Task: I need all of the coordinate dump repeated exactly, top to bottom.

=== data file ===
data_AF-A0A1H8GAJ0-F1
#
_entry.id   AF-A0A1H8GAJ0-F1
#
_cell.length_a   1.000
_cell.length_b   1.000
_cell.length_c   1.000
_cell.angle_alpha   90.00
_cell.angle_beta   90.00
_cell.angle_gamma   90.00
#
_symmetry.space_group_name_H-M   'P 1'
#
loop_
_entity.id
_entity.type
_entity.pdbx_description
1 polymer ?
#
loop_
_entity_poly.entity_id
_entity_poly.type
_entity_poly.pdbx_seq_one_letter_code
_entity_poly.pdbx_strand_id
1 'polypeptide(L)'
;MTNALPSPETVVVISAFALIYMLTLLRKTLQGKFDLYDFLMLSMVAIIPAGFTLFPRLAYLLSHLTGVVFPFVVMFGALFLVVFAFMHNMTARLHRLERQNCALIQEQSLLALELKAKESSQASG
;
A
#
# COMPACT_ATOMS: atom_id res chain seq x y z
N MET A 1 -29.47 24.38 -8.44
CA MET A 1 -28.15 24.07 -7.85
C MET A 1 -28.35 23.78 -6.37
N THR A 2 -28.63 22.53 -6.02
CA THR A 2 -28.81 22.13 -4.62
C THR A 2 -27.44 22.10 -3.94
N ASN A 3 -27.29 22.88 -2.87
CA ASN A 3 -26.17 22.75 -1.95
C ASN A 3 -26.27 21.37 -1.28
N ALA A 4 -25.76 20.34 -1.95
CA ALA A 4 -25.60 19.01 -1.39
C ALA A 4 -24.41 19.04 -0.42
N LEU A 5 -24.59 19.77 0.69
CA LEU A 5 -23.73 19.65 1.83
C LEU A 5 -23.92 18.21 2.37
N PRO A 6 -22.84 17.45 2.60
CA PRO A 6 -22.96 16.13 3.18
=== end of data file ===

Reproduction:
data_AF-A0A1H8GAJ0-F1
#
_entry.id   AF-A0A1H8GAJ0-F1
#
_cell.length_a   1.000
_cell.length_b   1.000
_cell.length_c   1.000
_cell.angle_alpha   90.00
_cell.angle_beta   90.00
_cell.angle_gamma   90.00
#
_symmetry.space_group_name_H-M   'P 1'
#
loop_
_entity.id
_entity.type
_entity.pdbx_description
1 polymer ?
#
loop_
_entity_poly.entity_id
_entity_poly.type
_entity_poly.pdbx_seq_one_letter_code
_entity_poly.pdbx_strand_id
1 'polypeptide(L)'
;MTNALPSPETVVVISAFALIYMLTLLRKTLQGKFDLYDFLMLSMVAIIPAGFTLFPRLAYLLSHLTGVVFPFVVMFGALFLVVFAFMHNMTARLHRLERQNCALIQEQSLLALELKAKESSQASG
;
A
#
# COMPACT_ATOMS: atom_id res chain seq x y z
N MET A 1 -29.47 24.38 -8.44
CA MET A 1 -28.15 24.07 -7.85
C MET A 1 -28.35 23.78 -6.37
N THR A 2 -28.63 22.53 -6.02
CA THR A 2 -28.81 22.13 -4.62
C THR A 2 -27.44 22.10 -3.94
N ASN A 3 -27.29 22.88 -2.87
CA ASN A 3 -26.17 22.75 -1.95
C ASN A 3 -26.27 21.37 -1.28
N ALA A 4 -25.76 20.34 -1.95
CA ALA A 4 -25.60 19.01 -1.39
C ALA A 4 -24.41 19.04 -0.42
N LEU A 5 -24.59 19.77 0.69
CA LEU A 5 -23.73 19.65 1.83
C LEU A 5 -23.92 18.21 2.37
N PRO A 6 -22.84 17.45 2.60
CA PRO A 6 -22.96 16.13 3.18